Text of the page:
Teaching assistant has the hots for undergrad

Originally Published: March 22, 1996 - Last Updated / Reviewed On: June 27, 2012
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Dear Alice,

I TA a class to undergraduate students — I am a graduate student. I have kind of a strange and awkward situation. There is a guy in one of my classes who drives me insane, physically, I mean. Sometimes, although I've taught for many years without such a problem, I get flustered and completely self-conscious, affecting my teaching. I also have these fantasies of telling him some time. Problems: First of all, I doubt he's gay; second, I'm twenty-six and good-looking, but he still looks like a twenty-year-old, so that's intimidating in itself. And finally, the most important reason is that I'm sure that not only ethically, but university-policy-wise, such a statement could be wrong — the latter referring to sexual-harassment policies. I will say again, though, that I basically teach the class looking at him.

After my long-winded introduction, my question is, what does this sort of obsession signify? Also, what are the Columbia policies regarding student-teacher relationships (the handbook isn't specific)? If I don't actually proposition him, but just intimate my attraction, is that wrong? Also, I have no affect on his grade, with the possible exception, I imagine, that I could lie to the professor that he's misbehaved in class. And finally, what about when the semester is over?

Sting: "Don't stand, don't stand, don't stand so close to me..."

Thanks,

—Obsessed and filled with desire and frustration

Dear Obsessed and filled with desire and frustration,

There are few things more awesome than the energy and excitement generated by sexual attraction to other people. There are also few achievements greater than a teacher providing his or her students with a doorway to knowledge and inspiration. But before we mix sexual attraction and the transmission of knowledge, there is also the law. Let's talk policy: Columbia University's policy states that "no faculty member shall have a consensual romantic or sexual relationship with a student over whom he or she exercises academic or professional authority." Faculty includes teaching assistants (TAs). This policy is in place because faculty-student relationships might quickly turn sour. The policy also states "should a faculty member enter into a consensual romantic or sexual relationship with a student in violation of the policy, he or she shall promptly act to recuse himself or herself from all academic and professional decisions and activities affecting the student." The entire policy can be found on the Columbia University Equal Opportunity and Affirmative Action website.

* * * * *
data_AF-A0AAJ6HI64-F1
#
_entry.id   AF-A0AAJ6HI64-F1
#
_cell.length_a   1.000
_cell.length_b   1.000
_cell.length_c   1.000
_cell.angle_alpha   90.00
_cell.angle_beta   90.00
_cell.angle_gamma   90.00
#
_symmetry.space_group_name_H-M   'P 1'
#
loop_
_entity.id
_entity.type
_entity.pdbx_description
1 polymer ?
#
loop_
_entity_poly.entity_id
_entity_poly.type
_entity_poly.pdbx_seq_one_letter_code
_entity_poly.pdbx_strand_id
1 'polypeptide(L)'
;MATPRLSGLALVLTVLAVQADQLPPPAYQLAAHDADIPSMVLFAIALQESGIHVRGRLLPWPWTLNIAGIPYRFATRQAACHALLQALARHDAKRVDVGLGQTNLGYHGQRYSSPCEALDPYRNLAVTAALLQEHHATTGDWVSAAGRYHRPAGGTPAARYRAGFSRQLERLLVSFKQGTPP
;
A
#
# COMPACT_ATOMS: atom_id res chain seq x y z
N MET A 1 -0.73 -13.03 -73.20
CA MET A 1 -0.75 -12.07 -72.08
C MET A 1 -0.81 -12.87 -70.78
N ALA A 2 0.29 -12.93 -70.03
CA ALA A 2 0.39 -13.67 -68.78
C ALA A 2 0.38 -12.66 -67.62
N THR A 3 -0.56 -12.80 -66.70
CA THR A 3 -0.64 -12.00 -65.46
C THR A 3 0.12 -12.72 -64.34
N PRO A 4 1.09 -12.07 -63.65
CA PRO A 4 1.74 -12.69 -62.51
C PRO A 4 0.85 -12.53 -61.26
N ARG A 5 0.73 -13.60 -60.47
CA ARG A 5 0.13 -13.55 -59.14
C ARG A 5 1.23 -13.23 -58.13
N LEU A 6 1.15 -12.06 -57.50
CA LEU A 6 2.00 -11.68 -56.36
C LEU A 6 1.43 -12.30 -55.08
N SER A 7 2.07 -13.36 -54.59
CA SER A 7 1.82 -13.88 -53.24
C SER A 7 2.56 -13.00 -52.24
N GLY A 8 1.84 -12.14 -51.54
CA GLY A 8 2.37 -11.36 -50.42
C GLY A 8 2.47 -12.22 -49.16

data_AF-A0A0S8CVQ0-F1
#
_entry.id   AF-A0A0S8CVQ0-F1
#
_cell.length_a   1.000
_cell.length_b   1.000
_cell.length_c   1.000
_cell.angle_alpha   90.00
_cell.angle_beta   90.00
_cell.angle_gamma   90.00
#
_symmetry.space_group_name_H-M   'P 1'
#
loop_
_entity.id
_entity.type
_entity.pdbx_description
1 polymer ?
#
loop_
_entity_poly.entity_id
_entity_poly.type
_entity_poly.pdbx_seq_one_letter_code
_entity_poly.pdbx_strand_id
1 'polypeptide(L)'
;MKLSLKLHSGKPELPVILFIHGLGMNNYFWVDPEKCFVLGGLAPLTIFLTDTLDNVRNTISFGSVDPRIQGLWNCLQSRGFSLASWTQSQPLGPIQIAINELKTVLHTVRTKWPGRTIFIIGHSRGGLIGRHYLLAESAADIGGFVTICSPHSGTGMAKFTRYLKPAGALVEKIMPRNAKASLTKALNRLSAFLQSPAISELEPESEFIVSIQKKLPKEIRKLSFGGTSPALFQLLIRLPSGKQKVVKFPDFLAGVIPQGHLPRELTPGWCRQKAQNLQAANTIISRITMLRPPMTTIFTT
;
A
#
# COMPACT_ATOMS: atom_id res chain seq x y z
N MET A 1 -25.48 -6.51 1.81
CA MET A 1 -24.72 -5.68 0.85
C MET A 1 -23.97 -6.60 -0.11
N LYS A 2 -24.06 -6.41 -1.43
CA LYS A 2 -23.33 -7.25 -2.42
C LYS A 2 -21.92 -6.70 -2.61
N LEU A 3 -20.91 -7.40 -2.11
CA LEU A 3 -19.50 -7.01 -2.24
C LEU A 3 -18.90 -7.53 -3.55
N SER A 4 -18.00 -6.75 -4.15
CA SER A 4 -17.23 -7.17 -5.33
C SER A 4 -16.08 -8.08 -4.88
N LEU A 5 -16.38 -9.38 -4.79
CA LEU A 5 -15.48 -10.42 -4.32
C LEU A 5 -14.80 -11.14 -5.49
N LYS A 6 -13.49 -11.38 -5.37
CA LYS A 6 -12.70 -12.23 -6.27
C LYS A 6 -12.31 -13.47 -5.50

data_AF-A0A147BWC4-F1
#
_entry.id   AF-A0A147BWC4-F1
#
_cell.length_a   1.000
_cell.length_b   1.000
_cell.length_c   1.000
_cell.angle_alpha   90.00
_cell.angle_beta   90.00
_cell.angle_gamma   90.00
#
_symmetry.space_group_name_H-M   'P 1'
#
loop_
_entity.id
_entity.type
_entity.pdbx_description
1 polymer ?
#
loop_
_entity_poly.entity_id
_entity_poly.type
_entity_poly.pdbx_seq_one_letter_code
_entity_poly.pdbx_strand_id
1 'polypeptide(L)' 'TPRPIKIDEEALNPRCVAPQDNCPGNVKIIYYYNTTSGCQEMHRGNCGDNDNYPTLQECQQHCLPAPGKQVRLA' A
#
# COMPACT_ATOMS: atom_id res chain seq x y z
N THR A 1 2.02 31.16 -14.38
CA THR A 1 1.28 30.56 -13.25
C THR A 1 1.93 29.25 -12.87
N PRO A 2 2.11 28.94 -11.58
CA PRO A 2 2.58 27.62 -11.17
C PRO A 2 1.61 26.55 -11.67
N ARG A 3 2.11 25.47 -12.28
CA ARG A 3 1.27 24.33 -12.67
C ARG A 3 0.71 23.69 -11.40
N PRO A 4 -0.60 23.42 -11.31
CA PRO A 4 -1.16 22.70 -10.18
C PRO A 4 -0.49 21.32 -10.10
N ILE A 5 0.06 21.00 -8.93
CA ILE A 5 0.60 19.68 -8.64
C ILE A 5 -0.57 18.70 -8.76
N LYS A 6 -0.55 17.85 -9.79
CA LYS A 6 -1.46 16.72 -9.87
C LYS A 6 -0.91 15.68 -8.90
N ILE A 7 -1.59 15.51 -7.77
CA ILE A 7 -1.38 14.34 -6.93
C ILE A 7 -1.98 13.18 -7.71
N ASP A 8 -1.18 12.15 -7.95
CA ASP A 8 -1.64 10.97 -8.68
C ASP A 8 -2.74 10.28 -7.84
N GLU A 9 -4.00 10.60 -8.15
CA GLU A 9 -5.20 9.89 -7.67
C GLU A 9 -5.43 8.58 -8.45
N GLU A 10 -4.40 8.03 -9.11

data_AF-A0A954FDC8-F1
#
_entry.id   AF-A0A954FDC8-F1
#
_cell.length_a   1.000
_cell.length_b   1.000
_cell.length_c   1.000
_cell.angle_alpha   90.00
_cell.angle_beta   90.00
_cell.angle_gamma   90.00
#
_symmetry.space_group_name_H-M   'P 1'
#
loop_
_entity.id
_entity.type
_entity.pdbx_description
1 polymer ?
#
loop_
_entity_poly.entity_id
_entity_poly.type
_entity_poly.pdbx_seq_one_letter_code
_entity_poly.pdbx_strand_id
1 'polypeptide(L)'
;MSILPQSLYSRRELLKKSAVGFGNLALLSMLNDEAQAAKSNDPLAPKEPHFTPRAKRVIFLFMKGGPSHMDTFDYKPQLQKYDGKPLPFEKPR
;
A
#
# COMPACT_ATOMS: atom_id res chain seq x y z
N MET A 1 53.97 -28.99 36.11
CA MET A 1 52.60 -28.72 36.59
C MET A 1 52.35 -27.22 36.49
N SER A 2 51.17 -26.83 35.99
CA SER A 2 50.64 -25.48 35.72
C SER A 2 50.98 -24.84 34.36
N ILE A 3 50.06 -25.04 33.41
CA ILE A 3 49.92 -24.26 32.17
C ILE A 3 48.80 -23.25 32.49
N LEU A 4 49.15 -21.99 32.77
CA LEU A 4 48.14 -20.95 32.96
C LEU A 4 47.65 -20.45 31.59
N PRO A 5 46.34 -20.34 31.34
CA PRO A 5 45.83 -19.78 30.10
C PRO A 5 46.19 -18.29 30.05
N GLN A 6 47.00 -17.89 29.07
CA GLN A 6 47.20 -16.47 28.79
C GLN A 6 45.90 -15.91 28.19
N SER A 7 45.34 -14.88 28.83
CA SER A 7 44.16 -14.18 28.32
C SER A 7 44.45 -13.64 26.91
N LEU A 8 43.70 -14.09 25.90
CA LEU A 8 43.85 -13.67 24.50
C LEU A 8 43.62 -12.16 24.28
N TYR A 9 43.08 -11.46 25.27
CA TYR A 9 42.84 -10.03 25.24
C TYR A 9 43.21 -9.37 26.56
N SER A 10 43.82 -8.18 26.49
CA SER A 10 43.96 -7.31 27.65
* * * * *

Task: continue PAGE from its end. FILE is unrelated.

Columbia considers sexual harassment to have occurred when someone subjects another person to "unwelcome sexual advances, requests for sexual favors, and other verbal or physical conduct of a sexual nature." Repeated unwelcome sexual comments, suggestions, or pressures also may constitute sexual harassment if they make a person's learning or working environment "intimidating, hostile, or offensive." Your true intentions, influence (or lack thereof) on grades, sexual orientation, and teaching experience have little, if nothing, to do with this part of the University's statement and enforcement guidelines (see the latest edition of Facets: Facts About Columbia Essential To Students for the complete sexual harassment definition). You, and everyone else who at one time or another has longed for more than just a professional relationship with someone who "reports" to you, can hopefully understand how and why these policies were established. Imagine yourself in your student's shoes: how might you feel if your teacher or boss gave you unwanted or uncomfortable special attention — even if no rewards or punishments were attached?

Now, what can you do with all that excitement and energy? First, as long as you can keep them out of your classroom, fantasize away! It sounds like you are a pretty smart and self- reliant person who can commit to bestowing your knowledge to all of your students equally. Secondly, funnel your extra-curricular feelings and frustrations into an orgasmic desire to be that great teacher. Restate this personal policy before you walk into your classroom. Out of class, your fantasy life is yours to enjoy. A third option could be to avail yourself of other opportunities — on campus and off — to meet someone else who sharpens your pencil. Perhaps meeting someone who can satisfy your sexual and/or relationship yearnings — in an environment where it's more appropriate to approach a person that revs your engine, such as at a party or social gathering, at a Columbia Queer Alliance event or through a variety of organizations that meet at the Lesbian Gay Bisexual Transgender Community Center in the West Village — will re-direct your libido and allow you to remove the "stud" from your student.

You mentioned declaring your attraction to this student after the semester is over. If you are certain that he is heterosexual, have you asked yourself what purpose this would serve? Has the student shown any interest, aside from academic, in you?  "Obsessions" can result from emotional stressors, such as significant academic and job pressures, family strife, and loneliness. Are any of these or other stressors present in your life now? Would talking with a counselor be helpful way to manage any stress and to contemplate the ethical (and physical) moves you may choose? Columbia students can make an appointment at Counseling and Psychological Services by calling x4-2878.

Whatever school of thought you choose, use your self-confidence and good judgment to attract an intellectual and social match who is open to your "lesson plan."

Alice